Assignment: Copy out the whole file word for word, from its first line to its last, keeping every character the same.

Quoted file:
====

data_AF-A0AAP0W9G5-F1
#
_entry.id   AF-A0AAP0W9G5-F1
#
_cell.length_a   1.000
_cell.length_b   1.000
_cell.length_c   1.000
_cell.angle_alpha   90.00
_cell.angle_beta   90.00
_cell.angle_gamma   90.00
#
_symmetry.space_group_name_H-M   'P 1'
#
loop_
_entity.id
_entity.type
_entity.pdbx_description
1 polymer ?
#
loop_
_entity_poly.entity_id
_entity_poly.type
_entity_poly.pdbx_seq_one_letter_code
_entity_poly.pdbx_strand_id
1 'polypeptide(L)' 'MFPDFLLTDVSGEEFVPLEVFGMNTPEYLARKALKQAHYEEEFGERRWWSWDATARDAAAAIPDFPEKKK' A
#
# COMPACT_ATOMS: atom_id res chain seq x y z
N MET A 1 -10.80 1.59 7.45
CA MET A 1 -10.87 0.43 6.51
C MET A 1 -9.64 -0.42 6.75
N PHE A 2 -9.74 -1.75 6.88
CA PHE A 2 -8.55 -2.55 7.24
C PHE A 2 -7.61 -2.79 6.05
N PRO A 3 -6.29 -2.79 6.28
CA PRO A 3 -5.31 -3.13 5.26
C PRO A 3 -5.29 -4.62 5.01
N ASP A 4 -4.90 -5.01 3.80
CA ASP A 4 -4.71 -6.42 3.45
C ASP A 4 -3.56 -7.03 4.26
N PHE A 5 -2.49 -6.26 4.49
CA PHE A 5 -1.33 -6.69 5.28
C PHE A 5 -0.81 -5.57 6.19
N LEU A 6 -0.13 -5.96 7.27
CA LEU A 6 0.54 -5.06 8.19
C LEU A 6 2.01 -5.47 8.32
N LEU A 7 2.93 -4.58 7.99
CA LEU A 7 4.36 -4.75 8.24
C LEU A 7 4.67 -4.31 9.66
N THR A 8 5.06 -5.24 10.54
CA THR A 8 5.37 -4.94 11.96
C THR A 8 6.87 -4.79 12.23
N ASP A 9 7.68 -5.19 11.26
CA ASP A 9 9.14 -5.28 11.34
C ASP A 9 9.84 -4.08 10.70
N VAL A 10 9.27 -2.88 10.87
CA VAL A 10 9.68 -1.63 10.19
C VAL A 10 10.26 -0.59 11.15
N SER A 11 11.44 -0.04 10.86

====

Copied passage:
data_AF-A0AAP0W9G5-F1
#
_entry.id   AF-A0AAP0W9G5-F1
#
_cell.length_a   1.000
_cell.length_b   1.000
_cell.length_c   1.000
_cell.angle_alpha   90.00
_cell.angle_beta   90.00
_cell.angle_gamma   90.00
#
_symmetry.space_group_name_H-M   'P 1'
#
loop_
_entity.id
_entity.type
_entity.pdbx_description
1 polymer ?
#
loop_
_entity_poly.entity_id
_entity_poly.type
_entity_poly.pdbx_seq_one_letter_code
_entity_poly.pdbx_strand_id
1 'polypeptide(L)' 'MFPDFLLTDVSGEEFVPLEVFGMNTPEYLARKALKQAHYEEEFGERRWWSWDATARDAAAAIPDFPEKKK' A
#
# COMPACT_ATOMS: atom_id res chain seq x y z
N MET A 1 -10.80 1.59 7.45
CA MET A 1 -10.87 0.43 6.51
C MET A 1 -9.64 -0.42 6.75
N PHE A 2 -9.74 -1.75 6.88
CA PHE A 2 -8.55 -2.55 7.24
C PHE A 2 -7.61 -2.79 6.05
N PRO A 3 -6.29 -2.79 6.28
CA PRO A 3 -5.31 -3.13 5.26
C PRO A 3 -5.29 -4.62 5.01
N ASP A 4 -4.90 -5.01 3.80
CA ASP A 4 -4.71 -6.42 3.45
C ASP A 4 -3.56 -7.03 4.26
N PHE A 5 -2.49 -6.26 4.49
CA PHE A 5 -1.33 -6.69 5.28
C PHE A 5 -0.81 -5.57 6.19
N LEU A 6 -0.13 -5.96 7.27
CA LEU A 6 0.54 -5.06 8.19
C LEU A 6 2.01 -5.47 8.32
N LEU A 7 2.93 -4.58 7.99
CA LEU A 7 4.36 -4.75 8.24
C LEU A 7 4.67 -4.31 9.66
N THR A 8 5.06 -5.24 10.54
CA THR A 8 5.37 -4.94 11.96
C THR A 8 6.87 -4.79 12.23
N ASP A 9 7.68 -5.19 11.26
CA ASP A 9 9.14 -5.28 11.34
C ASP A 9 9.84 -4.08 10.70
N VAL A 10 9.27 -2.88 10.87
CA VAL A 10 9.68 -1.63 10.19
C VAL A 10 10.26 -0.59 11.15
N SER A 11 11.44 -0.04 10.86